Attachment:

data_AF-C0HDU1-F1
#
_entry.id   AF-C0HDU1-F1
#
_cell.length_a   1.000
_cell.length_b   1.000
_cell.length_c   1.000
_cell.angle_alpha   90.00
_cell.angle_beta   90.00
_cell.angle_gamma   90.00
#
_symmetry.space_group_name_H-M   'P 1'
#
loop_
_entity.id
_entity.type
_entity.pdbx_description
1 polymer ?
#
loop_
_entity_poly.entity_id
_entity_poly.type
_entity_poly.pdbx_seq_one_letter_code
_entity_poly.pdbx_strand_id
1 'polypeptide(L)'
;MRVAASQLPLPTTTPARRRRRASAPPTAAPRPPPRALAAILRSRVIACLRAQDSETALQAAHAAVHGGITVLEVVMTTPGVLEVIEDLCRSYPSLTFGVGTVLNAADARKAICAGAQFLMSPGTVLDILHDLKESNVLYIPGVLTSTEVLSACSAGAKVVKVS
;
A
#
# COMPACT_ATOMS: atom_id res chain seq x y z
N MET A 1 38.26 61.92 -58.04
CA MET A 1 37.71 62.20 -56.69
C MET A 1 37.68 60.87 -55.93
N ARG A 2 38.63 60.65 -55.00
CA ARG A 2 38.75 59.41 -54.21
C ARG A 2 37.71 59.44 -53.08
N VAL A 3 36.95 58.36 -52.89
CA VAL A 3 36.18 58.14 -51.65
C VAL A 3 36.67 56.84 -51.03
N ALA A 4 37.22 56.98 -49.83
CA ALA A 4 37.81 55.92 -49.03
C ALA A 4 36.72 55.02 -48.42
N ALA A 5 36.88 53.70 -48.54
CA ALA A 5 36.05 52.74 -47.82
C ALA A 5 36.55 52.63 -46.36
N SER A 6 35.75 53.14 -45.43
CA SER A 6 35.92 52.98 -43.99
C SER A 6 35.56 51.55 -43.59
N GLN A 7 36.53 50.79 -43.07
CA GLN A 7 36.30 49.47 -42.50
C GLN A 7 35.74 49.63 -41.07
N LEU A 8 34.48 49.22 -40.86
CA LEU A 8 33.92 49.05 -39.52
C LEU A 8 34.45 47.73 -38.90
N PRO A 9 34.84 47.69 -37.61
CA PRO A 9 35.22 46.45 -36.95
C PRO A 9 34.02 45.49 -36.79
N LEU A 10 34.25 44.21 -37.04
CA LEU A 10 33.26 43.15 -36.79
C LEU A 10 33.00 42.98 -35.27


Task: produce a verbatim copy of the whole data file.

data_AF-C0HDU1-F1
#
_entry.id   AF-C0HDU1-F1
#
_cell.length_a   1.000
_cell.length_b   1.000
_cell.length_c   1.000
_cell.angle_alpha   90.00
_cell.angle_beta   90.00
_cell.angle_gamma   90.00
#
_symmetry.space_group_name_H-M   'P 1'
#
loop_
_entity.id
_entity.type
_entity.pdbx_description
1 polymer ?
#
loop_
_entity_poly.entity_id
_entity_poly.type
_entity_poly.pdbx_seq_one_letter_code
_entity_poly.pdbx_strand_id
1 'polypeptide(L)'
;MRVAASQLPLPTTTPARRRRRASAPPTAAPRPPPRALAAILRSRVIACLRAQDSETALQAAHAAVHGGITVLEVVMTTPGVLEVIEDLCRSYPSLTFGVGTVLNAADARKAICAGAQFLMSPGTVLDILHDLKESNVLYIPGVLTSTEVLSACSAGAKVVKVS
;
A
#
# COMPACT_ATOMS: atom_id res chain seq x y z
N MET A 1 38.26 61.92 -58.04
CA MET A 1 37.71 62.20 -56.69
C MET A 1 37.68 60.87 -55.93
N ARG A 2 38.63 60.65 -55.00
CA ARG A 2 38.75 59.41 -54.21
C ARG A 2 37.71 59.44 -53.08
N VAL A 3 36.95 58.36 -52.89
CA VAL A 3 36.18 58.14 -51.65
C VAL A 3 36.67 56.84 -51.03
N ALA A 4 37.22 56.98 -49.83
CA ALA A 4 37.81 55.92 -49.03
C ALA A 4 36.72 55.02 -48.42
N ALA A 5 36.88 53.70 -48.54
CA ALA A 5 36.05 52.74 -47.82
C ALA A 5 36.55 52.63 -46.36
N SER A 6 35.75 53.14 -45.43
CA SER A 6 35.92 52.98 -43.99
C SER A 6 35.56 51.55 -43.59
N GLN A 7 36.53 50.79 -43.07
CA GLN A 7 36.30 49.47 -42.50
C GLN A 7 35.74 49.63 -41.07
N LEU A 8 34.48 49.22 -40.86
CA LEU A 8 33.92 49.05 -39.52
C LEU A 8 34.45 47.73 -38.90
N PRO A 9 34.84 47.69 -37.61
CA PRO A 9 35.22 46.45 -36.95
C PRO A 9 34.02 45.49 -36.79
N LEU A 10 34.25 44.21 -37.04
CA LEU A 10 33.26 43.15 -36.79
C LEU A 10 33.00 42.98 -35.27